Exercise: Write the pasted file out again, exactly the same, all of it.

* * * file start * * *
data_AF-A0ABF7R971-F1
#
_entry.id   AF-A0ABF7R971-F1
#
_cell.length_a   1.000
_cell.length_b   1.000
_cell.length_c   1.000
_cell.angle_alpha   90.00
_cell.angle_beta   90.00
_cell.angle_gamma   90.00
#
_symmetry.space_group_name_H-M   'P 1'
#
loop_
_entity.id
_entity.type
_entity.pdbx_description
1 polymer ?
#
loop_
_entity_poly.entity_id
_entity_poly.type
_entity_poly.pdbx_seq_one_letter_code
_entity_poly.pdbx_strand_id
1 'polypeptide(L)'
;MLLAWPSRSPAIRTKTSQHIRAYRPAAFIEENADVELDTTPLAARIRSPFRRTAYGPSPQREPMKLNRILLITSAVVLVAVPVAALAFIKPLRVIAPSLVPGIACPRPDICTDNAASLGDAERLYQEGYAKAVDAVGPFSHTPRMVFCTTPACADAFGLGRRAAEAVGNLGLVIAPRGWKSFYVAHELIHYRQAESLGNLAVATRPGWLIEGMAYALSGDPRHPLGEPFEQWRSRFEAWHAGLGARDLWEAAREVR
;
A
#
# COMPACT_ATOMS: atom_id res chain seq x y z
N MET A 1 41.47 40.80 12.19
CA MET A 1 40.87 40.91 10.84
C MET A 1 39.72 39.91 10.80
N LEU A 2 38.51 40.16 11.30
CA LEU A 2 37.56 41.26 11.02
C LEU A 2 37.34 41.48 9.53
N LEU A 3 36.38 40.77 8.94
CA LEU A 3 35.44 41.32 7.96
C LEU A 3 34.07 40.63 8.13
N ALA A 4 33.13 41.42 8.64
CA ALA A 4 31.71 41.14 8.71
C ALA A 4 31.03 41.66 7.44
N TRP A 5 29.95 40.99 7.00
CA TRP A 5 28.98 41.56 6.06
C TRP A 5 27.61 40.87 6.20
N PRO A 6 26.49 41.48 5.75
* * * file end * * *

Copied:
data_AF-A0ABF7R971-F1
#
_entry.id   AF-A0ABF7R971-F1
#
_cell.length_a   1.000
_cell.length_b   1.000
_cell.length_c   1.000
_cell.angle_alpha   90.00
_cell.angle_beta   90.00
_cell.angle_gamma   90.00
#
_symmetry.space_group_name_H-M   'P 1'
#
loop_
_entity.id
_entity.type
_entity.pdbx_description
1 polymer ?
#
loop_
_entity_poly.entity_id
_entity_poly.type
_entity_poly.pdbx_seq_one_letter_code
_entity_poly.pdbx_strand_id
1 'polypeptide(L)'
;MLLAWPSRSPAIRTKTSQHIRAYRPAAFIEENADVELDTTPLAARIRSPFRRTAYGPSPQREPMKLNRILLITSAVVLVAVPVAALAFIKPLRVIAPSLVPGIACPRPDICTDNAASLGDAERLYQEGYAKAVDAVGPFSHTPRMVFCTTPACADAFGLGRRAAEAVGNLGLVIAPRGWKSFYVAHELIHYRQAESLGNLAVATRPGWLIEGMAYALSGDPRHPLGEPFEQWRSRFEAWHAGLGARDLWEAAREVR
;
A
#
# COMPACT_ATOMS: atom_id res chain seq x y z
N MET A 1 41.47 40.80 12.19
CA MET A 1 40.87 40.91 10.84
C MET A 1 39.72 39.91 10.80
N LEU A 2 38.51 40.16 11.30
CA LEU A 2 37.56 41.26 11.02
C LEU A 2 37.34 41.48 9.53
N LEU A 3 36.38 40.77 8.94
CA LEU A 3 35.44 41.32 7.96
C LEU A 3 34.07 40.63 8.13
N ALA A 4 33.13 41.42 8.64
CA ALA A 4 31.71 41.14 8.71
C ALA A 4 31.03 41.66 7.44
N TRP A 5 29.95 40.99 7.00
CA TRP A 5 28.98 41.56 6.06
C TRP A 5 27.61 40.87 6.20
N PRO A 6 26.49 41.48 5.75